Demigod, Piracy And Good Business Models...

from the let's-walk-this-through... dept

Lots of folks have been submitting variations on the story about how Stardock's new game, Demigod, has been widely pirated, and that's resulted in server troubles for the company, as many of these unauthorized users try to connect to Stardock servers. Many are claiming that this shows that Stardock's customer friendly approach to video games fails. But, that's not true or accurate at all. It's just an issue of properly lining up the incentives and the infinite goods vs. the scarcities. In this case, one of the key scarcities was server access -- but Stardock set things up such that unauthorized copies could drag that down. The good thing, though, is that the company quickly got on top of the problem and has been implementing a technological fix rather than screaming and complaining about pirates. Meanwhile, some others have sent in links to the Demigod forums, where people recognize that many of the unauthorized users got the game to test it out, and are encouraging people to buy it to support Stardock and its fan-friendly attitude.

In the end, though, it does seem like Stardock has set this up a bit as a "give it away and pray" setup, which we tend not to agree with as a good business model. Since a big part of the game is the mutliplayer aspect, where you have to connect to a server and play against other players, why not give away the software itself (many people are getting it this way already) and charge a nominal fee for access to the server. That access is a scarcity -- and then you can scale based on users, since more users means more money. It seems like that's a reasonable business model that aligns everything much more nicely.
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Filed Under: business models, demigod, piracy, video games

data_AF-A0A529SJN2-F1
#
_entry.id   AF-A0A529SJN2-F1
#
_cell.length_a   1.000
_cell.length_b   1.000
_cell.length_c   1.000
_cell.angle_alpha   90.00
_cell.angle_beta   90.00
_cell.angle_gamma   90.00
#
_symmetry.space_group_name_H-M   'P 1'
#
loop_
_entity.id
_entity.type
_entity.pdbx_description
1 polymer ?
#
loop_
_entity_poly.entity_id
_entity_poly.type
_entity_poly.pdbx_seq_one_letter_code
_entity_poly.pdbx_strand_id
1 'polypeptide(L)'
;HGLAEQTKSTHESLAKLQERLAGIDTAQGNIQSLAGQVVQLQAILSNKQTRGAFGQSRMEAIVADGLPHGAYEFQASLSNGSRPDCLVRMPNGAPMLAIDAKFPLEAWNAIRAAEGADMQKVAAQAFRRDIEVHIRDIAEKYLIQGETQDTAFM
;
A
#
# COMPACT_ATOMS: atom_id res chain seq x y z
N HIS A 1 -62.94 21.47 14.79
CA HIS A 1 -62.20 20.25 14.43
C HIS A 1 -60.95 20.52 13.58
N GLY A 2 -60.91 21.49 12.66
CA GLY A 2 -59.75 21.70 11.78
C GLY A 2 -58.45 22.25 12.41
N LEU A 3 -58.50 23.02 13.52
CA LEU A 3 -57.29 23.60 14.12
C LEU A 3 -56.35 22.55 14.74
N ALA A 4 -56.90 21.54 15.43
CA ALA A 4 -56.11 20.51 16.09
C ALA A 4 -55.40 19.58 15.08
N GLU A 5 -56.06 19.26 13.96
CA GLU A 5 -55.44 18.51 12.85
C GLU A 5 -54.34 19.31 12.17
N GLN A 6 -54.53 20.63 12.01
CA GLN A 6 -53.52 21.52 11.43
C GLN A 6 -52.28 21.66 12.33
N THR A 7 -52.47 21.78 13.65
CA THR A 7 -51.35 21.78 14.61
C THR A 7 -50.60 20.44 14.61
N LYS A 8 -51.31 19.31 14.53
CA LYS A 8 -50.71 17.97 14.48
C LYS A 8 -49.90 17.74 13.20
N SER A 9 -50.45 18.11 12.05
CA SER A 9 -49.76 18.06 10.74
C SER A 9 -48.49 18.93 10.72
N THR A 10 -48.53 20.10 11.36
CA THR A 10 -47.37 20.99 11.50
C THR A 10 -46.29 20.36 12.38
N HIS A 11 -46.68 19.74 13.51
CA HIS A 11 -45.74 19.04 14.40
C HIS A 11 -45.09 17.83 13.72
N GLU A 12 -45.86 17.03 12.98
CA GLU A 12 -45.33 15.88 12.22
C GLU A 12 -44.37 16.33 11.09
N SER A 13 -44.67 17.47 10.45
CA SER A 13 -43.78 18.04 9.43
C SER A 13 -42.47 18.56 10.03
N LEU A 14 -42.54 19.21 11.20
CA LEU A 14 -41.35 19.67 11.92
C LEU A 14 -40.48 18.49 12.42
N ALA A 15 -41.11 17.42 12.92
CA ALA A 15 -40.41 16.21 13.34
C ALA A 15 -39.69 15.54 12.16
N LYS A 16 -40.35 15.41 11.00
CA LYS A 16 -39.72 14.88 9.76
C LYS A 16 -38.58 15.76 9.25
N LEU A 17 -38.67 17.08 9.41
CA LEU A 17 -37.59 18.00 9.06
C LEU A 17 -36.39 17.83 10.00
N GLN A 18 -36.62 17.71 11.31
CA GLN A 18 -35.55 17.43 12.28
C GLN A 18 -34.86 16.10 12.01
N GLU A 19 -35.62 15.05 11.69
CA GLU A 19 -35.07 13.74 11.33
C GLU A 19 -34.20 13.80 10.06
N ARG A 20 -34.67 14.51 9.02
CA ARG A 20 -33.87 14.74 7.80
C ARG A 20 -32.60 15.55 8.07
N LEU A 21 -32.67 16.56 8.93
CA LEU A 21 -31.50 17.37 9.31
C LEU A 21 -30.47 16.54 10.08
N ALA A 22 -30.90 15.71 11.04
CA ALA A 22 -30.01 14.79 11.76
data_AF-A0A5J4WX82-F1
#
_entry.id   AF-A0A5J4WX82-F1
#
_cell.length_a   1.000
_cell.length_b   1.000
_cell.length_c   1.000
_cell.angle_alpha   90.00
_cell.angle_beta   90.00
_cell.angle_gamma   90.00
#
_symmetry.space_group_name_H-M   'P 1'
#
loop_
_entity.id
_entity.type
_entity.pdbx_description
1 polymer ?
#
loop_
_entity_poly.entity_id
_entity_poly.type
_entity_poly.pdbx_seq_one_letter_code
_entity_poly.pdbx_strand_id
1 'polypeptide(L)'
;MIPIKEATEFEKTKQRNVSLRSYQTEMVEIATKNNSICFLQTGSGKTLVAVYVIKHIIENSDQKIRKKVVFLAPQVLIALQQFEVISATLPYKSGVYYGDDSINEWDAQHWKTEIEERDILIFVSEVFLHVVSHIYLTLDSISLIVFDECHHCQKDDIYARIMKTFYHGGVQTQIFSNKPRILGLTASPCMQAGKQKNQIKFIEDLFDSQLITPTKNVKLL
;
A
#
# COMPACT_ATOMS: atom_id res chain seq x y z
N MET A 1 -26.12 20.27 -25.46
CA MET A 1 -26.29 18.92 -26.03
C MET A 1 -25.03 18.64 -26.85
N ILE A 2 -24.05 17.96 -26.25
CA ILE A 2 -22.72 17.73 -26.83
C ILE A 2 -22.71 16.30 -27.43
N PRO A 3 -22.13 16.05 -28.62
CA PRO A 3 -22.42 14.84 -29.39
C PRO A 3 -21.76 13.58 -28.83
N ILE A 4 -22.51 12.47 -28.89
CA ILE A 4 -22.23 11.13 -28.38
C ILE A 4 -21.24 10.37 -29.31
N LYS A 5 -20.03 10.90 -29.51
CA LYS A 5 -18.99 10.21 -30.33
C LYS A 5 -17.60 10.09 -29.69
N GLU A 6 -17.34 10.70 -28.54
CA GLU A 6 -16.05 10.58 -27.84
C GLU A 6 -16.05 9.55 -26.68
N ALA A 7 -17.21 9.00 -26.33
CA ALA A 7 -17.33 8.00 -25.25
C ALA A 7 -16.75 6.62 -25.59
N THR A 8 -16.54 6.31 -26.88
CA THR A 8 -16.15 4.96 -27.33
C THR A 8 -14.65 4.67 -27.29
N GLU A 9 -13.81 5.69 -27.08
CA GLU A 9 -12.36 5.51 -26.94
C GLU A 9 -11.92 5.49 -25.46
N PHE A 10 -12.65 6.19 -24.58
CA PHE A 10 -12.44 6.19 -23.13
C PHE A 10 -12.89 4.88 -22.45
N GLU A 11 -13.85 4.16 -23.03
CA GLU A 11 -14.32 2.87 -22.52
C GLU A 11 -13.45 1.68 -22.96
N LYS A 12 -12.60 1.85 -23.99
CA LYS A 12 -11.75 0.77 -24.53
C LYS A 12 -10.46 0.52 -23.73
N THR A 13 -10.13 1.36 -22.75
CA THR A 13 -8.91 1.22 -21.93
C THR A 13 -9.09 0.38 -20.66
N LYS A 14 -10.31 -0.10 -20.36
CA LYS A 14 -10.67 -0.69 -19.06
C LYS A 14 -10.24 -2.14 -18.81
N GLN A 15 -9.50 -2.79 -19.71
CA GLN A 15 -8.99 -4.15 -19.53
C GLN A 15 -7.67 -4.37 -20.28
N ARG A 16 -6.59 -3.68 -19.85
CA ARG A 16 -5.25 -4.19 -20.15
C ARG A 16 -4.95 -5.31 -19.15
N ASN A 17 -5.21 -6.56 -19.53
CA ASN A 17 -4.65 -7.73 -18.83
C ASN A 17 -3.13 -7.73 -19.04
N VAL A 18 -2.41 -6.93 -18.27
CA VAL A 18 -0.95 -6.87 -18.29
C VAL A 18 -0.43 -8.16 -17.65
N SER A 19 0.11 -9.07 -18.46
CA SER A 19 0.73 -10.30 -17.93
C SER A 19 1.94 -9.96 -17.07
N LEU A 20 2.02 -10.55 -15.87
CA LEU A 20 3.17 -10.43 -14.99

Companies: stardock


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  1. identicon
    Anonymous Coward, 17 Apr 2009 @ 7:01pm

    Re: Re:

    I just feel bad for Stardock. If they're unlucky, they could find themselves in an arms race. They have to continually improve their servers at a faster pace than emulator-developers can copy those new features. Given the nearly necessary properties of MMORPGs, the new features are largely implemented client-side, and that's the part they have to give away.

    Stardock isn't guaranteed the largest community, either: according to the article, 12% of the users connecting to the Stardock servers were legitimate. 12%.

    The fact that people pay more for brand-name drugs than generic drugs is because they are dumb. There's no difference in active ingredient, effectiveness, or any actual, physical property. They buy brand-name largely because of mass misconceptions and the effectiveness of marketing. I guess that's proof that you can build a successful business model on stupidity arbitrage.

    Huh? There are always scarcities, but you don't "rustle them up." Fake scarcities don't last. You focus on the scarcities that already exist.

    You know exactly what I meant. To clarify, I'm just pointing out that there's not a simple, predictable business model here, and server access isn't really enough of a scarcity to build your business model on. If they're smart, they're going to have to come up with and monetize a bunch of other scarcities.

    I like this term "fake scarcity." How would you define that? Can you provide some examples? Do you actually mean to imply that you can identify a fake scarcity because it doesn't last? If so, isn't server access a fake scarcity? Isn't the perception of difference between brand-name and generic drugs a fake scarcity?

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